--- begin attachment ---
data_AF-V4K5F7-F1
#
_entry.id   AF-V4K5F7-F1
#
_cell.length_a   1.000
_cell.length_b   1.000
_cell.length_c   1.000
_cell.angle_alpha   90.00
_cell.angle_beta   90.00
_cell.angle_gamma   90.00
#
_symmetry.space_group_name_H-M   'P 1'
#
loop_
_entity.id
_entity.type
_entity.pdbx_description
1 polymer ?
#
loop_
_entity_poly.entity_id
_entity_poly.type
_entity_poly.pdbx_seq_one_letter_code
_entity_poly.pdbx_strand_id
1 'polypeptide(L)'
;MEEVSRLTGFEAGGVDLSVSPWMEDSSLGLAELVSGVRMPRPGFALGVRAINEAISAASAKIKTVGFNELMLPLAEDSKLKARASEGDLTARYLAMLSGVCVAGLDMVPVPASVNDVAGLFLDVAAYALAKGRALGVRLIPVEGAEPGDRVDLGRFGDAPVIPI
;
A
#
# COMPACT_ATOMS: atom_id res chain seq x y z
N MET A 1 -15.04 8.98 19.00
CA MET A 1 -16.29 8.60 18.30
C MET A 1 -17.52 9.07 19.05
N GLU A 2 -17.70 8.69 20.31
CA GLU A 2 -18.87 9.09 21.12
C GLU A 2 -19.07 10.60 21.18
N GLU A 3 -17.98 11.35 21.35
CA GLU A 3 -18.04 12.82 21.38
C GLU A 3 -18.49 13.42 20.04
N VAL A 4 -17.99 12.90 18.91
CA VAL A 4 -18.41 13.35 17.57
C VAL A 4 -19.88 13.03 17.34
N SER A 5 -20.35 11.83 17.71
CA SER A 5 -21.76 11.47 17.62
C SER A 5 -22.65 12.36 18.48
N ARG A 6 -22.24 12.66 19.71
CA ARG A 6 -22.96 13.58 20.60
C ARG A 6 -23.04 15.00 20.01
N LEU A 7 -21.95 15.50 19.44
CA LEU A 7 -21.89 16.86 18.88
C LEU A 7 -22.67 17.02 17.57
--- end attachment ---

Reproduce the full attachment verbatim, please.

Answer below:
data_AF-V4K5F7-F1
#
_entry.id   AF-V4K5F7-F1
#
_cell.length_a   1.000
_cell.length_b   1.000
_cell.length_c   1.000
_cell.angle_alpha   90.00
_cell.angle_beta   90.00
_cell.angle_gamma   90.00
#
_symmetry.space_group_name_H-M   'P 1'
#
loop_
_entity.id
_entity.type
_entity.pdbx_description
1 polymer ?
#
loop_
_entity_poly.entity_id
_entity_poly.type
_entity_poly.pdbx_seq_one_letter_code
_entity_poly.pdbx_strand_id
1 'polypeptide(L)'
;MEEVSRLTGFEAGGVDLSVSPWMEDSSLGLAELVSGVRMPRPGFALGVRAINEAISAASAKIKTVGFNELMLPLAEDSKLKARASEGDLTARYLAMLSGVCVAGLDMVPVPASVNDVAGLFLDVAAYALAKGRALGVRLIPVEGAEPGDRVDLGRFGDAPVIPI
;
A
#
# COMPACT_ATOMS: atom_id res chain seq x y z
N MET A 1 -15.04 8.98 19.00
CA MET A 1 -16.29 8.60 18.30
C MET A 1 -17.52 9.07 19.05
N GLU A 2 -17.70 8.69 20.31
CA GLU A 2 -18.87 9.09 21.12
C GLU A 2 -19.07 10.60 21.18
N GLU A 3 -17.98 11.35 21.35
CA GLU A 3 -18.04 12.82 21.38
C GLU A 3 -18.49 13.42 20.04
N VAL A 4 -17.99 12.90 18.91
CA VAL A 4 -18.41 13.35 17.57
C VAL A 4 -19.88 13.03 17.34
N SER A 5 -20.35 11.83 17.71
CA SER A 5 -21.76 11.47 17.62
C SER A 5 -22.65 12.36 18.48
N ARG A 6 -22.24 12.66 19.71
CA ARG A 6 -22.96 13.58 20.60
C ARG A 6 -23.04 15.00 20.01
N LEU A 7 -21.95 15.50 19.44
CA LEU A 7 -21.89 16.86 18.88
C LEU A 7 -22.67 17.02 17.57